Chicago Teachers Union Vice President Jesse Sharkey speaks to reporters Friday, June 1, 2012, at the CTU headquarters in the Merchandise Mart in Chicago. | John J. Kim~Sun-Times
Updated: January 18, 2013 6:10AM
Recently, before a Board hearing this week to expand charter schools, Chicago Public Schools CEO Barbara Byrd-Bennett said that they “had several other [charter] schools that were in the hopper and we’re going to move forward with our commitment there.”
In other words, before there was a public hearing, before we know whether it makes sense to close scores of schools while we open additional schools, Byrd-Bennett and the mayor had made a commitment to the new charters, unbeknownst to the public. So much for building transparency and trust.
The schools that are in the most violent, impoverished and neglected parts of the city are the ones being targeted for closure. CPS claims they are underused. The students who have the most to lose will lose the most. Why do students in private schools get to have small class sizes that allow for intimate learning environments, whereas the students most in need are packed into classes of 31 to 36 students, numbers the district says are ideal for school utilization?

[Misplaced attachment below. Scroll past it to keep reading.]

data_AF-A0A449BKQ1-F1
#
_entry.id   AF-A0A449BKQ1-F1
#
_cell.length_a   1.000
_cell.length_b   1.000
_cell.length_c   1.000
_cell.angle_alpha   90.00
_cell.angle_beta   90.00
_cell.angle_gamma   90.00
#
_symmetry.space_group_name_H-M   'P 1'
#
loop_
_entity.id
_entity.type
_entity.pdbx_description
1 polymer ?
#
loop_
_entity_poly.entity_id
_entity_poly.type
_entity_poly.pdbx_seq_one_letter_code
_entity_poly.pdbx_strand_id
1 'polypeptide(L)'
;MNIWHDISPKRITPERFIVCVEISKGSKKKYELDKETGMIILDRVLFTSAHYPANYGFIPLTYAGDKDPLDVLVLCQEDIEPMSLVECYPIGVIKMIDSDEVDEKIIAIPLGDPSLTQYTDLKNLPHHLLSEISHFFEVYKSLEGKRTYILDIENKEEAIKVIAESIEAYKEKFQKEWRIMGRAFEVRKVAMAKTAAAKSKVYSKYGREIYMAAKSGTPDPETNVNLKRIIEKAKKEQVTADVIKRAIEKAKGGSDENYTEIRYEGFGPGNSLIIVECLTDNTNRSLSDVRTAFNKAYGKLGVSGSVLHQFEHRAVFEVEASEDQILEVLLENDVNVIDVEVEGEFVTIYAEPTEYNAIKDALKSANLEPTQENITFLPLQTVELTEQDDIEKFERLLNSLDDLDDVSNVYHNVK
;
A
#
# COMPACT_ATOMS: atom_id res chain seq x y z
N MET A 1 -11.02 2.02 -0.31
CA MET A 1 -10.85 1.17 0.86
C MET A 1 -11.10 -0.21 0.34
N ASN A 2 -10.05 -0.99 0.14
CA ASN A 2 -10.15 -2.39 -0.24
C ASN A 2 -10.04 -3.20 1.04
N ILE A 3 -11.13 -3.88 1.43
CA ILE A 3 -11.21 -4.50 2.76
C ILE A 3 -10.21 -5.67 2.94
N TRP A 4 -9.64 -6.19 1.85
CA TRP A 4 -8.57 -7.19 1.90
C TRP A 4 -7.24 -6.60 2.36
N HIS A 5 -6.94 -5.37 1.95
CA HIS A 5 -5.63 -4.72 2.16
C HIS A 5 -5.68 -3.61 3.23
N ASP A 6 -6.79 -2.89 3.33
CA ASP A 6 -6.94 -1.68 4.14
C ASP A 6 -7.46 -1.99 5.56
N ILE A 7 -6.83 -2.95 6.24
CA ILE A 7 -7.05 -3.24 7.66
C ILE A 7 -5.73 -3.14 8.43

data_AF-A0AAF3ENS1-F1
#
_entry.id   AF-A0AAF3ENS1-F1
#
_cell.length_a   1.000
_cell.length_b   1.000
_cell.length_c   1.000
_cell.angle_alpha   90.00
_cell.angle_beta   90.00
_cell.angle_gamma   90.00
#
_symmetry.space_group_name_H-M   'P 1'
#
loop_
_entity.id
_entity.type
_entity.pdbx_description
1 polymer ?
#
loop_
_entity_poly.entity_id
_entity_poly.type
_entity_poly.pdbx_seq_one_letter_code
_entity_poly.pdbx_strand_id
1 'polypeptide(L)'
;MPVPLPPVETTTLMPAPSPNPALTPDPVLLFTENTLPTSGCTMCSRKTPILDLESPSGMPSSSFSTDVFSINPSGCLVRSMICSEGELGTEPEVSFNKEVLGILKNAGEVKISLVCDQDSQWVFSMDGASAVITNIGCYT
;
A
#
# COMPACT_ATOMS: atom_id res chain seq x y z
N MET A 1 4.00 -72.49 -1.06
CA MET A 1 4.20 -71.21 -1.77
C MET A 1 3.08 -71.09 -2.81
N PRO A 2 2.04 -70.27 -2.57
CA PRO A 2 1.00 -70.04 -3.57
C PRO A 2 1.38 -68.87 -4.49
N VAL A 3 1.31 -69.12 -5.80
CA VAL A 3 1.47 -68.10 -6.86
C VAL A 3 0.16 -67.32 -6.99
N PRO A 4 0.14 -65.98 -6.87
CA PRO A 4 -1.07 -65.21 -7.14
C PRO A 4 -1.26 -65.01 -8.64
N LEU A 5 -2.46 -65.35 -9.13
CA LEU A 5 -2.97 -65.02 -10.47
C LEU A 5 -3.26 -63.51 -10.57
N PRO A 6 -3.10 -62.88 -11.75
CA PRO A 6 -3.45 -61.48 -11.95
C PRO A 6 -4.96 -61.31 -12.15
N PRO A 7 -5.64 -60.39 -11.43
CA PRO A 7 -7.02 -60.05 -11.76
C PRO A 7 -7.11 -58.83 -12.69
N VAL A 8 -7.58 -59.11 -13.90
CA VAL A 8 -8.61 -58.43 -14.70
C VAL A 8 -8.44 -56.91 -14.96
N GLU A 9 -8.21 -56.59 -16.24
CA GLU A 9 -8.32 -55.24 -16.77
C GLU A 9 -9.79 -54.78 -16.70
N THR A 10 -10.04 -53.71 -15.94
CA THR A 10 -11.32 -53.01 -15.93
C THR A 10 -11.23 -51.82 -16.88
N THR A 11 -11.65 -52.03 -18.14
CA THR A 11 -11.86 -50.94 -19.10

For years, many high-performing schools that took in students from closed schools saw declines in the aftermath that put them on subsequent closing lists. Schools like Hyde Park and Clemente saw spikes in violence from introducing students in areas with different gang boundaries.
Meanwhile, charters have expanded exponentially since 2004, without evidence that they are helping students more than their neighborhood counterparts. Recently, we learned that Nobel Street charter school recruiters were denigrating one of the highest performing schools in the district, Lane Tech, in order to siphon student enrollment away from the school. Instead of better schools, a Pandora’s box has been opened where schools are now cannibalizing one another.
Yet, the district is poised to create 14 new charters this year, despite claims that they have excess capacity. Two of the proposed charters are aiming for the Far South Side, where according to the district’s utilization numbers, 81 percent of the schools are underutilized. Why is the district creating excess capacity in the very areas it claims must experience the brunt of closings?
The district says they have 100,000 empty seats since 2000, but their own numbers show a decline of only 30,000 students. The jury is in; these proposals from CPS are unacceptable. It’s time for a moratorium on school actions, charter expansion and the inception of a legitimate process that includes the voices of educators, parents and the broader community.
Jesse Sharkey is Vice President of the Chicago Teachers Union.